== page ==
Creating Space to Re-energize the Self and Business

Learn to deal with burnout as a form of change.

 

In this piece I talk about burnout and change, as I see interconnectedness between the two. Burnout is an internal experience, linked to the external world. It changes motivations, energy and passions, leaving us depleted, sapping energy and devouring motivation. That’s one form of change. But change is also what turns this around. Change—the decision to act on our burnout—creates paths to renewal and transformation. Change cuts both ways.

Our interests, needs and experiences are likely to change over time. The Mayo Clinic examines burnout and talks about change: “Creating work-life balance is a continuous process as your family, interests and work life change.”

I submit that a two-fold question is a constant in the presence of burnout as unwelcomed change:

  1. Do we recognize it and recalibrate?
  2. Or do we entomb it, keeping on the same trajectory as before? Eventually, however, recalibration becomes an imperative.

The literature on burnout is extensive, and definitions describe it, for example, as the experience of emotional exhaustion and depersonalization (distancing) from one’s work. The analysis of burnout was partly catapulted to broad audiences in the 1980s with the book “Burn-out: The High Cost of High Achievement,” by Herbert J. Freudenberger with Geraldine Richelson. They said that burnout means to deplete oneself, to exhaust one’s physical and mental resources.

Job burnout is not unlikely if we’ve been driving our businesses intensely for a long time and with high expectations.

Explore the Signs
Freudenberger offered useful questions to detect work burnout, and they remain relevant. Upon reviewing the Mayo Clinic’s discussion about the topic for this article, I found they offer pretty much the same questions as Freudenberger did in the 1980s. Here are some:

  • • Do you feel fatigued rather than energetic?
  • • Are you increasingly cynical and disenchanted?
  • • Are you often invaded by a sadness you can’t explain?
  • • Are you seeing close friends and family members less frequently?
  • • Are you suffering from physical complaints (aches, pains)?
  • • Have your accomplishments lost meaning?
  • • Have your aspirations for businesses lost importance?

Self-reflection is Critical
I return to the topic I discussed in my article on self-reflection. In the case of burnout, self-reflection can help us redirect and/or reaffirm our purposes.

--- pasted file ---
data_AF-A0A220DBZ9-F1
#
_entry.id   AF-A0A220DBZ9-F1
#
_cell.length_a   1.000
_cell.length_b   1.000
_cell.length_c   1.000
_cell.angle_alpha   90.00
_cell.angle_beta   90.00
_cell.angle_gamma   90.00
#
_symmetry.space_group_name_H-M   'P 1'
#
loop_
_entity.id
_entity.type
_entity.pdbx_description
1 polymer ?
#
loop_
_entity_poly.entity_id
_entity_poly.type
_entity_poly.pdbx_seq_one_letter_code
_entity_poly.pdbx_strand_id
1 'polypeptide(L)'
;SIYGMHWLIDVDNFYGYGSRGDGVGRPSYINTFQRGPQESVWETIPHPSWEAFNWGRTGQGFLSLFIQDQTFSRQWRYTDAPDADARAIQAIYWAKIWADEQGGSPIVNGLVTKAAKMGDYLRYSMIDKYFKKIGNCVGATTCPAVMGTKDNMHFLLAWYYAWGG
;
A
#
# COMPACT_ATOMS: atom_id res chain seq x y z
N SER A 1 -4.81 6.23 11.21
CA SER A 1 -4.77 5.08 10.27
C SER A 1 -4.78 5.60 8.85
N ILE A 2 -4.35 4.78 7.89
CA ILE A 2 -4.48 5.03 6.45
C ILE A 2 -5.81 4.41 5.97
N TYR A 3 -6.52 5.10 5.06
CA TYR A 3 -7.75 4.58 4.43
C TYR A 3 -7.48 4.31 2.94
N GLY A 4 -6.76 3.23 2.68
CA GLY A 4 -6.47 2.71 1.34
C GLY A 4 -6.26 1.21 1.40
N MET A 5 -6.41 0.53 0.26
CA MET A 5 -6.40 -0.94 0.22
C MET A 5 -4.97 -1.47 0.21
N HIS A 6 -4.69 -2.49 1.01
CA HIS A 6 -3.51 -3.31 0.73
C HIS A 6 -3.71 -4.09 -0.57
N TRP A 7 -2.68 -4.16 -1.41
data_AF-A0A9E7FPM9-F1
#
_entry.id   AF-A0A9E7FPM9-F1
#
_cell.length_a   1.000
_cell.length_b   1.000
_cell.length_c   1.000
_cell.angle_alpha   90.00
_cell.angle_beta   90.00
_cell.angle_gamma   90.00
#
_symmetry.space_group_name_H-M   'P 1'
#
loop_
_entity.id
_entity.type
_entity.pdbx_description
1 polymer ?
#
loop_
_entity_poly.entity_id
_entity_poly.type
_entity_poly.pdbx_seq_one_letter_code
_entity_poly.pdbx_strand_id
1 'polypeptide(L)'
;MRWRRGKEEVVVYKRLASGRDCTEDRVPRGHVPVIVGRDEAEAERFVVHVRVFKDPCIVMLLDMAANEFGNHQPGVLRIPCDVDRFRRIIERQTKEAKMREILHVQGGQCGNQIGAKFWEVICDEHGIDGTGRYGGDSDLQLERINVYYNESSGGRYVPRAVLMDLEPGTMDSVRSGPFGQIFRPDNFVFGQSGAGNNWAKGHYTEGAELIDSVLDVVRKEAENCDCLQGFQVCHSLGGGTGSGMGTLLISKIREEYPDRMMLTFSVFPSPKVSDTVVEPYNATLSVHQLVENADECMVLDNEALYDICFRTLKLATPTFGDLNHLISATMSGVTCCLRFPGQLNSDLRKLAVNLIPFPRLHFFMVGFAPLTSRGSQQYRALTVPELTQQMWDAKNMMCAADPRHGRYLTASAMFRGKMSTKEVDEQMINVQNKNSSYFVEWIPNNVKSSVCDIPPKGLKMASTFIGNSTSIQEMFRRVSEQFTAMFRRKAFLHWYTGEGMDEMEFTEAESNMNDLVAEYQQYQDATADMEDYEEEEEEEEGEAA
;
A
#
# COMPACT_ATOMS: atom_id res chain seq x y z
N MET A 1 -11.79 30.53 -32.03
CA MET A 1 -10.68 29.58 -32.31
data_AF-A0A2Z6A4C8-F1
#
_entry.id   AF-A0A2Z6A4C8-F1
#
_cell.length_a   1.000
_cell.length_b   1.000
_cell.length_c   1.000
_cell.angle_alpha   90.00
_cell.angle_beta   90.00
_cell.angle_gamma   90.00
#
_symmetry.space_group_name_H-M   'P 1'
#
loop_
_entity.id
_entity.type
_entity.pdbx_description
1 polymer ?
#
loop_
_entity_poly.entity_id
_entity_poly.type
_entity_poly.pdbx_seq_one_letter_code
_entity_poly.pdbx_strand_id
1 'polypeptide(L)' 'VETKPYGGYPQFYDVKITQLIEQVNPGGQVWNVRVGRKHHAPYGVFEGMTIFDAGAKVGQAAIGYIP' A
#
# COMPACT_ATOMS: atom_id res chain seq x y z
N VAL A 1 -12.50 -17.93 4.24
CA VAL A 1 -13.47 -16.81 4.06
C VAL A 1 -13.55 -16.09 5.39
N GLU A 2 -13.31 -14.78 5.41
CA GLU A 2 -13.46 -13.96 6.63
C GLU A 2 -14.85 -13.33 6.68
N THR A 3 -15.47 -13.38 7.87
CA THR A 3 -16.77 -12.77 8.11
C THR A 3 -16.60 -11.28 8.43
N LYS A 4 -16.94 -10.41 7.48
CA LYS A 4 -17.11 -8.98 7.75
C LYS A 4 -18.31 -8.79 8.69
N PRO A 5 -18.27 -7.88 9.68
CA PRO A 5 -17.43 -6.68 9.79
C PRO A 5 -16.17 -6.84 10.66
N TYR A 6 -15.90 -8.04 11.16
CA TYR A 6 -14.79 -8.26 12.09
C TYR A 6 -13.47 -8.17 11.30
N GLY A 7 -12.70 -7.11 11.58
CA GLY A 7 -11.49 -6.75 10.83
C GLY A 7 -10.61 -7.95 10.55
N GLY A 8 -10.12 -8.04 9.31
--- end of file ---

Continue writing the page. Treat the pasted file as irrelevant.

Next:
When unfavorable experiences caused by burnout are present and persist, pausing to acknowledge and reflect on them is critical, not only for work, but also for our health. Pushing the reboot button is a much better option than allowing burnout to take over and continue to undermine us. But even if it does, there is always a juncture at which to intervene and redirect our energies—and it often begins with introspection and the acknowledgment of needing change.

The break from nonprofit consulting enabled me to relax and re-energize, and even start a new small venture. I was not even sure whether I would return to consulting, and that was OK. However, as my mind and spirit opened up, so did my vision for consulting work, choosing to integrate two equally important aspects of my life: nonprofit consulting and the arts. Now, I dedicate time to my artistic projects, and I recently decided to consult for arts organizations, in addition to those engaged in social justice, which had been the dominant thread of my work.

As Buddhism postulates: Nothing is permanent. Everything changes.

One more important lesson for me is that I figured out how to integrate two important parts of my life into a continuum. That’s an important change in perspective.

Now, I make art appointments with myself and put them on my calendar, treating them as I treat business meetings. I say no to board service invitations—with one exception, the local hospital—and other offers. Simultaneously, I network with colleagues in the art field, both to learn about exhibits and shows and, yes, to market my consulting business. In essence, I learned to conceptualize and create a new vision and plan for my life. I also learned that in life as in science, nothing is lost; everything is transformed.

Burnout uncovered a hidden gift: the opportunity to acknowledge my limits, pause, reflect and gain motivation to start again, refreshed. Interestingly, one important thing happened as I resolved to return to consulting in the last couple of months: Writing for Latin Business Today represents an opportunity to share recent experiences that transformed my life and write about issues that are relevant to us, Latino entrepreneurs, as well as to learn from others. In my next column, I plan to write about how the U.S. economy can greatly benefit from eliminating the educational gap that currently affects Latino students.

Related articles:
Finding our Entrepreneurial Seeds Through Self-reflection

About the author

Mara Perez

Mara Perez, Ph.D. As Founder and Principal of Mara Perez, Fund Development and Planning Services, Mara provides fundraising and strategic planning services to non-profits. Mara has helped over seventy organizations obtain funding, design innovative work strategies, and execute growth plans. Mara holds a Ph.D. in Sociology from the University of Chicago.  Community service includes:  2010-present Board Member of Marin General Hospital; 2002-2012 Board Member Canal Alliance, twice Board President; 2005 Spirit of Marin Award, Business Person of the Year; Coro Leadership Community Fellow.  She has published articles about immigration, social change, and fundraising.  Born in Argentina, Mara resides in California.